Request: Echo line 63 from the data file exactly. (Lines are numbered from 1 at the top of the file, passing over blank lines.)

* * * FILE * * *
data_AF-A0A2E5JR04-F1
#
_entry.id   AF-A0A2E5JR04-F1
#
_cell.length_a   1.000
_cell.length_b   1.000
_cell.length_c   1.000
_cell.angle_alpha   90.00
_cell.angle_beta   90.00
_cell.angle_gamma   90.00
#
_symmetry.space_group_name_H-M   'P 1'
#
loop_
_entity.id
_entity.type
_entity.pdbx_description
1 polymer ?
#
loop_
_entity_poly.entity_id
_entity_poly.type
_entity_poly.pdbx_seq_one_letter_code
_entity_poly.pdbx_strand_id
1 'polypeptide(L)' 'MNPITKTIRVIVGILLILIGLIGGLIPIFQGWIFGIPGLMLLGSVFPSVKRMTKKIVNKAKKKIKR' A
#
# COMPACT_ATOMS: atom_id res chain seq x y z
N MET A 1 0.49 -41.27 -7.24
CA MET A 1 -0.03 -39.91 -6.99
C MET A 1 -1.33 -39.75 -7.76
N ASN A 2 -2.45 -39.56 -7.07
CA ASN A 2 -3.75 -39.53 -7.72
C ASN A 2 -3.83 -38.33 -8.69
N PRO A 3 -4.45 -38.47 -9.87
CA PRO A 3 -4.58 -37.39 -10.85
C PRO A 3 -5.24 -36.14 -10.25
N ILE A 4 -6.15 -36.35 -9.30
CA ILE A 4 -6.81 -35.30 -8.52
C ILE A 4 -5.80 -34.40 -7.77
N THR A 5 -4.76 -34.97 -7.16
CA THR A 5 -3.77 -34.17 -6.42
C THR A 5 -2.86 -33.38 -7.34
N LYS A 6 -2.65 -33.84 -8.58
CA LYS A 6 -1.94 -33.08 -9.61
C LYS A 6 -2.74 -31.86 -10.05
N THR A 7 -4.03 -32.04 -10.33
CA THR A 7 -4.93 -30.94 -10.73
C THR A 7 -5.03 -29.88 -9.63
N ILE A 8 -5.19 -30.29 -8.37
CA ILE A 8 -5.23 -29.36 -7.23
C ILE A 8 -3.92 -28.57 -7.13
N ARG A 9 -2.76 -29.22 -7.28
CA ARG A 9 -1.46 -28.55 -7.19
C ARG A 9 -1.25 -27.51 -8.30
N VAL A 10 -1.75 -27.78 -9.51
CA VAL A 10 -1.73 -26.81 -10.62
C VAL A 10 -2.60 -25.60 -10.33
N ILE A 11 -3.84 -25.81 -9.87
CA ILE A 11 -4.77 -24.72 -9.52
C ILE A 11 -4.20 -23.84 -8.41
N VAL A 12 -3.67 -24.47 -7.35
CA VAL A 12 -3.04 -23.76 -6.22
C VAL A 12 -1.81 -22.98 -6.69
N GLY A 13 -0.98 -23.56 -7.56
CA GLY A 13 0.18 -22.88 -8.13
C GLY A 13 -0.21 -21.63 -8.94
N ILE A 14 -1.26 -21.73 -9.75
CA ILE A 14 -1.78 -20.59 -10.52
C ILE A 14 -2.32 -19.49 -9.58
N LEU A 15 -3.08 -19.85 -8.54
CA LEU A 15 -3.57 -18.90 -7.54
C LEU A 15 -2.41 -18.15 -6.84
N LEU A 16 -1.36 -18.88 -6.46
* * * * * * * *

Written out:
C VAL A 12 -1.81 -22.98 -6.69